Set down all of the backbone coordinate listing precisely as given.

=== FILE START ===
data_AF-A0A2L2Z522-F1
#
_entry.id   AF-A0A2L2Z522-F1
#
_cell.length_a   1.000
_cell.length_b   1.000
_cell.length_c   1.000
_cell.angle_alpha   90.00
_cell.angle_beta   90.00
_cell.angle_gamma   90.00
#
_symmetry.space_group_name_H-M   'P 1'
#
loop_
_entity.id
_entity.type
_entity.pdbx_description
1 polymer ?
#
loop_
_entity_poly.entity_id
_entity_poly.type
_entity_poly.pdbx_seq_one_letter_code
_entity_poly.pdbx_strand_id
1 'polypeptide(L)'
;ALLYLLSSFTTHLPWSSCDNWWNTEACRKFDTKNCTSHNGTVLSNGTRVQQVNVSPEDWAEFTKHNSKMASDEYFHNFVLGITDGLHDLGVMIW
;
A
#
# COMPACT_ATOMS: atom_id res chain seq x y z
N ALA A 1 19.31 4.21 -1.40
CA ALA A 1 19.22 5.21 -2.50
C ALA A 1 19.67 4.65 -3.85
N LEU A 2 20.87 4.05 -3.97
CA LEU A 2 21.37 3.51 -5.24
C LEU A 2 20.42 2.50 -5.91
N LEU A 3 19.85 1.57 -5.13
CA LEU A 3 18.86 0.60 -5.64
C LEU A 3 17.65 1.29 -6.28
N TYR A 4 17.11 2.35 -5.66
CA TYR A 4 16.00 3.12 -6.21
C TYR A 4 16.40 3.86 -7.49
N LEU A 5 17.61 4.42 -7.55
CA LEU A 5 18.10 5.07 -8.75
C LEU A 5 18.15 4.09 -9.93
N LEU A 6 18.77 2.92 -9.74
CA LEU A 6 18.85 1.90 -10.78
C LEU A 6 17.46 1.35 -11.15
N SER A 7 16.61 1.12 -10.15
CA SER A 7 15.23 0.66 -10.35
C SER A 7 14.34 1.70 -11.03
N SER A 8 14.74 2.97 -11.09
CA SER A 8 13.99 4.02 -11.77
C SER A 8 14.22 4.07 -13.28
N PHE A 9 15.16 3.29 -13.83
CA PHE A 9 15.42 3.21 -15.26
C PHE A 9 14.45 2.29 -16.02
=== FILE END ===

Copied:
data_AF-A0A2L2Z522-F1
#
_entry.id   AF-A0A2L2Z522-F1
#
_cell.length_a   1.000
_cell.length_b   1.000
_cell.length_c   1.000
_cell.angle_alpha   90.00
_cell.angle_beta   90.00
_cell.angle_gamma   90.00
#
_symmetry.space_group_name_H-M   'P 1'
#
loop_
_entity.id
_entity.type
_entity.pdbx_description
1 polymer ?
#
loop_
_entity_poly.entity_id
_entity_poly.type
_entity_poly.pdbx_seq_one_letter_code
_entity_poly.pdbx_strand_id
1 'polypeptide(L)'
;ALLYLLSSFTTHLPWSSCDNWWNTEACRKFDTKNCTSHNGTVLSNGTRVQQVNVSPEDWAEFTKHNSKMASDEYFHNFVLGITDGLHDLGVMIW
;
A
#
# COMPACT_ATOMS: atom_id res chain seq x y z
N ALA A 1 19.31 4.21 -1.40
CA ALA A 1 19.22 5.21 -2.50
C ALA A 1 19.67 4.65 -3.85
N LEU A 2 20.87 4.05 -3.97
CA LEU A 2 21.37 3.51 -5.24
C LEU A 2 20.42 2.50 -5.91
N LEU A 3 19.85 1.57 -5.13
CA LEU A 3 18.86 0.60 -5.64
C LEU A 3 17.65 1.29 -6.28
N TYR A 4 17.11 2.35 -5.66
CA TYR A 4 16.00 3.12 -6.21
C TYR A 4 16.40 3.86 -7.49
N LEU A 5 17.61 4.42 -7.55
CA LEU A 5 18.10 5.07 -8.75
C LEU A 5 18.15 4.09 -9.93
N LEU A 6 18.77 2.92 -9.74
CA LEU A 6 18.85 1.90 -10.78
C LEU A 6 17.46 1.35 -11.15
N SER A 7 16.61 1.12 -10.15
CA SER A 7 15.23 0.66 -10.35
C SER A 7 14.34 1.70 -11.03
N SER A 8 14.74 2.97 -11.09
CA SER A 8 13.99 4.02 -11.77
C SER A 8 14.22 4.07 -13.28
N PHE A 9 15.16 3.29 -13.83
CA PHE A 9 15.42 3.21 -15.26
C PHE A 9 14.45 2.29 -16.02